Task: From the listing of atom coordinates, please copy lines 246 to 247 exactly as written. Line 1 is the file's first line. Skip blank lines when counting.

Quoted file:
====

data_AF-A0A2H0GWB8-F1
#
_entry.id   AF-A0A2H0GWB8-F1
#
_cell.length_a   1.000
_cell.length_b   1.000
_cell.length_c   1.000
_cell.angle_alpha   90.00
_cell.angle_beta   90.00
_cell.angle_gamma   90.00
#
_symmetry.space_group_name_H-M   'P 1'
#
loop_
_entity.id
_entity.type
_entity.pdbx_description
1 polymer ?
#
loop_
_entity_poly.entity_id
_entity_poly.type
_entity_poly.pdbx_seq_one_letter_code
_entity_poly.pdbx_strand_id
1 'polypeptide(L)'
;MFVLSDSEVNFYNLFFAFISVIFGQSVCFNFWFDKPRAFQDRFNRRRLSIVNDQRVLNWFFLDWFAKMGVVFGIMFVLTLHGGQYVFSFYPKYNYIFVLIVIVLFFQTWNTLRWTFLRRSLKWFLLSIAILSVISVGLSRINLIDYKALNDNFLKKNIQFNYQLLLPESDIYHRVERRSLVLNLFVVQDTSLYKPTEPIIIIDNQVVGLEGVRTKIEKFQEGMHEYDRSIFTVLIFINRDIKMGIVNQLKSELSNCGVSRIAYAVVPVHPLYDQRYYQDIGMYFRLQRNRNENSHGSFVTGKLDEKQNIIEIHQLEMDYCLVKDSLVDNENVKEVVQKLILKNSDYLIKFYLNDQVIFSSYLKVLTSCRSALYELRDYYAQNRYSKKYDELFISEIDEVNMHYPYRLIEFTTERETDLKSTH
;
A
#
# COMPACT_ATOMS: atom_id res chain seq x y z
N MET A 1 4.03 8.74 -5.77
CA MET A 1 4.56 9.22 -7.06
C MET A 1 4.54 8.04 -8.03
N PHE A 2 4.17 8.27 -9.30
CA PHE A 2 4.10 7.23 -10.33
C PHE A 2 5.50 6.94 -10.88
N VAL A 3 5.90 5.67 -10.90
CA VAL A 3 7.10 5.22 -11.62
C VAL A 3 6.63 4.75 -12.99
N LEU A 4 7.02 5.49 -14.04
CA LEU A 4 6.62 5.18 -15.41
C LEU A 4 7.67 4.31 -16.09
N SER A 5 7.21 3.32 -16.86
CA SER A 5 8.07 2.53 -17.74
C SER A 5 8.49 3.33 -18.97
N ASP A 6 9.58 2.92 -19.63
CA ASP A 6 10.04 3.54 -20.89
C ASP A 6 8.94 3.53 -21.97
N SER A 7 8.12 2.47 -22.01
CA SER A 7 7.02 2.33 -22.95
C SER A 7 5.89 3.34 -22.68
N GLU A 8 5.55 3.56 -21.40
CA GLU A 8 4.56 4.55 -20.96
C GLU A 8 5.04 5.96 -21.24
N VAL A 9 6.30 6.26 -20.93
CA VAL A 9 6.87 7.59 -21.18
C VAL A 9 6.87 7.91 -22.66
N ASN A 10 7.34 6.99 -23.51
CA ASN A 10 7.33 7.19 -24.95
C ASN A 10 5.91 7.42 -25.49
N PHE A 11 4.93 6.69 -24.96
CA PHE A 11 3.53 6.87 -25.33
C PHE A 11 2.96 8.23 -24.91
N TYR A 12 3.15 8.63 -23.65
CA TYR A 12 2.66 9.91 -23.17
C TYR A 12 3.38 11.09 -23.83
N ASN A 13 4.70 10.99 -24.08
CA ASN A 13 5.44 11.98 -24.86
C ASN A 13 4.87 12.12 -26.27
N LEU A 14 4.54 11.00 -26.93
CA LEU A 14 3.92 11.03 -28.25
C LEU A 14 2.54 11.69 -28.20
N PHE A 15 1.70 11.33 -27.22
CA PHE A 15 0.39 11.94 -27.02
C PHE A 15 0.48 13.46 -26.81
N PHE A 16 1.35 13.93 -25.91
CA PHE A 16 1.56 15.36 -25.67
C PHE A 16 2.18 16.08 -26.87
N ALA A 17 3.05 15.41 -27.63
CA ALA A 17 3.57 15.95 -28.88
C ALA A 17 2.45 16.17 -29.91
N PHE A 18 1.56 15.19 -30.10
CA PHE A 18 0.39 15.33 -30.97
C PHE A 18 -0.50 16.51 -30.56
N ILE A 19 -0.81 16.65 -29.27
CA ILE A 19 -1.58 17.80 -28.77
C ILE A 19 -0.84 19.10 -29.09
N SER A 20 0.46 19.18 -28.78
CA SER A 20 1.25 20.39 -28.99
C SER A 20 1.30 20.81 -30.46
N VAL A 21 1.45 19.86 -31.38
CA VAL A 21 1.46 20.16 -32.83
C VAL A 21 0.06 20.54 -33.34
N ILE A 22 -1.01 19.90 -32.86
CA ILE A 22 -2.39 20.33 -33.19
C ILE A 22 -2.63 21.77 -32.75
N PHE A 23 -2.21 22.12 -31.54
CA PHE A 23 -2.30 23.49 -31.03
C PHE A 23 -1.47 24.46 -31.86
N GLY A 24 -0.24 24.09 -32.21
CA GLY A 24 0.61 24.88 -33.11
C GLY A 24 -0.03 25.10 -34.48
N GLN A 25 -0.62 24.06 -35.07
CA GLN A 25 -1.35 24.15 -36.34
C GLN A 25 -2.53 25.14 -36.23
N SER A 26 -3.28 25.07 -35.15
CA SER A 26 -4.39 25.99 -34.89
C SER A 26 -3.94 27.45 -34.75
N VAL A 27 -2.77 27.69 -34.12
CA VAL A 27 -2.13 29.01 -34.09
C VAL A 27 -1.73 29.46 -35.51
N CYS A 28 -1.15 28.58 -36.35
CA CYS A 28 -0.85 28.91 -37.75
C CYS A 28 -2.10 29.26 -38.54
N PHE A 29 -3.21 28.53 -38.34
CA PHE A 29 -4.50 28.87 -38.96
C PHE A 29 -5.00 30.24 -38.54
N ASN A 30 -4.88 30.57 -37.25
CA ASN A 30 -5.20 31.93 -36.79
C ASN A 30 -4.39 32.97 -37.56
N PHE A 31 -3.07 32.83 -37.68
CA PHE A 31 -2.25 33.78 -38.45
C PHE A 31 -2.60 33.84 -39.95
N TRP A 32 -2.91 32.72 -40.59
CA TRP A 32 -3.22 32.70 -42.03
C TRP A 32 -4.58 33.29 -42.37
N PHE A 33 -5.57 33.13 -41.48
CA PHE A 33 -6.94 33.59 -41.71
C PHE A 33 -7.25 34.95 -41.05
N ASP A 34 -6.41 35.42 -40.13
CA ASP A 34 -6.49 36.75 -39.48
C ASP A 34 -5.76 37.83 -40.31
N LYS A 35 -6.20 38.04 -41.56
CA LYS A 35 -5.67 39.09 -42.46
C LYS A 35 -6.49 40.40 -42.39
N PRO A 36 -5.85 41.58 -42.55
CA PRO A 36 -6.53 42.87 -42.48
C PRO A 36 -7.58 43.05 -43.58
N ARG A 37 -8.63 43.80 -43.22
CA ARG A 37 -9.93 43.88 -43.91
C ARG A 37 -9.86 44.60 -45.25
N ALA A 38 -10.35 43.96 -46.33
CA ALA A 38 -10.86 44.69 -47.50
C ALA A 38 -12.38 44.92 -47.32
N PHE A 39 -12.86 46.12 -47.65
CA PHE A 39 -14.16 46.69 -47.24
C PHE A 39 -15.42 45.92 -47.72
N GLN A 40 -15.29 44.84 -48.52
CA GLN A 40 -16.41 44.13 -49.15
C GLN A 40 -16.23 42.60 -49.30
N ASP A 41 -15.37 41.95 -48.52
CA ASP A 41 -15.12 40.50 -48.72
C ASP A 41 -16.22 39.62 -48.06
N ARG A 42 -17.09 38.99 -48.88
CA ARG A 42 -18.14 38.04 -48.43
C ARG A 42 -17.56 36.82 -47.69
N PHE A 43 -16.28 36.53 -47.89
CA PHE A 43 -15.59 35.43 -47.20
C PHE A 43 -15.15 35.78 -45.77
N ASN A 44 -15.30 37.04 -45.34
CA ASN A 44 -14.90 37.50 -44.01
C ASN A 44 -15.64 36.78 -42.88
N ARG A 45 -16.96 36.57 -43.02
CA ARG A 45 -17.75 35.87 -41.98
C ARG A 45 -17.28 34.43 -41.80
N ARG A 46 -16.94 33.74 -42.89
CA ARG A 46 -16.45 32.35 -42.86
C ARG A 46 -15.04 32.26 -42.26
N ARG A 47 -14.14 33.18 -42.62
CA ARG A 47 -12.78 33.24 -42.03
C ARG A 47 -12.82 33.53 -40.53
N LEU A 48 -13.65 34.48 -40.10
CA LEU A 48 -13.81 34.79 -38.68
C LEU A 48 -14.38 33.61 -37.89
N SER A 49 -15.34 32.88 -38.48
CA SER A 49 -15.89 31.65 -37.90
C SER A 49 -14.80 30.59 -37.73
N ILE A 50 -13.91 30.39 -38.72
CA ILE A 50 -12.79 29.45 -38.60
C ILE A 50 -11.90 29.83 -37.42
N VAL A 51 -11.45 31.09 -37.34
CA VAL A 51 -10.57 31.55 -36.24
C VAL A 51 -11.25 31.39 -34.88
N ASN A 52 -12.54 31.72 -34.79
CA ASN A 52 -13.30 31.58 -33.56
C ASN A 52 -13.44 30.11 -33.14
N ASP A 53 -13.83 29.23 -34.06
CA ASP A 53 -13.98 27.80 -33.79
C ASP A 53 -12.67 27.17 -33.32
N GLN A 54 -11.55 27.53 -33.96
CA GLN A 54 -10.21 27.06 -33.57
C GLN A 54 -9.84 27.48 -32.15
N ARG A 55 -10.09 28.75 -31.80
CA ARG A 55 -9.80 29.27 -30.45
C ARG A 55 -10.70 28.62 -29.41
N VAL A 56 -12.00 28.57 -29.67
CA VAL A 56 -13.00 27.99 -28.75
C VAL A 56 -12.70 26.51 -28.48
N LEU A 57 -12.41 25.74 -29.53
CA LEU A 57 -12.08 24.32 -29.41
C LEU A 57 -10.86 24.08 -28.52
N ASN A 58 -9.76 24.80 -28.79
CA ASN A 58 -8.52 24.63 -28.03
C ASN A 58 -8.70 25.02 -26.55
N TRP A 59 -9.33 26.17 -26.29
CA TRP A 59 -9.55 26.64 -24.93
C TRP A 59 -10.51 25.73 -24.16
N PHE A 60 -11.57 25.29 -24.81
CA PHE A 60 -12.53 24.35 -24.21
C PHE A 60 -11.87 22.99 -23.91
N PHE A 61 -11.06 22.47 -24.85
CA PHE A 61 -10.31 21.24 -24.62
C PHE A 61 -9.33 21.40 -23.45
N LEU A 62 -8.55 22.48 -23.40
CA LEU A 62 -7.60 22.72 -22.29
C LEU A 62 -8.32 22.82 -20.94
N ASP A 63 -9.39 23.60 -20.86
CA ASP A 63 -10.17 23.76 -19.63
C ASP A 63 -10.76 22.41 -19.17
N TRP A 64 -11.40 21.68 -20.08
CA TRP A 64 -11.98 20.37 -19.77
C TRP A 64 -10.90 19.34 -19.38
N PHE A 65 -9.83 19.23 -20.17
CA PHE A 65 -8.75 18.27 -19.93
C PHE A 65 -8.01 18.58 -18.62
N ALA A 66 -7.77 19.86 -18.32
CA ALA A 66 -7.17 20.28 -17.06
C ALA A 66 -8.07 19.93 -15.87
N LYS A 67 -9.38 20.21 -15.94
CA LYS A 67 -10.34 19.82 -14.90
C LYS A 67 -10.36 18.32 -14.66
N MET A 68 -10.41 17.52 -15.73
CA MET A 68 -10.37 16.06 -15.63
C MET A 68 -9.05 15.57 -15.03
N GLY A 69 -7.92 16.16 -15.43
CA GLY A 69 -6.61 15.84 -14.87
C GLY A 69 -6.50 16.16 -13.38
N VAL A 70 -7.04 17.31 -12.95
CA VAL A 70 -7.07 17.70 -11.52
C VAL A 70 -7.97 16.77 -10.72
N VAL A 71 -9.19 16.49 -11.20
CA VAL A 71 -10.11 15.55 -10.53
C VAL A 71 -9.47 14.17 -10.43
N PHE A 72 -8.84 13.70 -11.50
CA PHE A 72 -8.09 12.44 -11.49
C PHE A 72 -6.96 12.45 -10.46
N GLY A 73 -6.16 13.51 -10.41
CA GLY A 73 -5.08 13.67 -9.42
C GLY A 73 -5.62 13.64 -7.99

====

C PHE A 72 -6.96 12.45 -10.46
N GLY A 73 -6.16 13.51 -10.41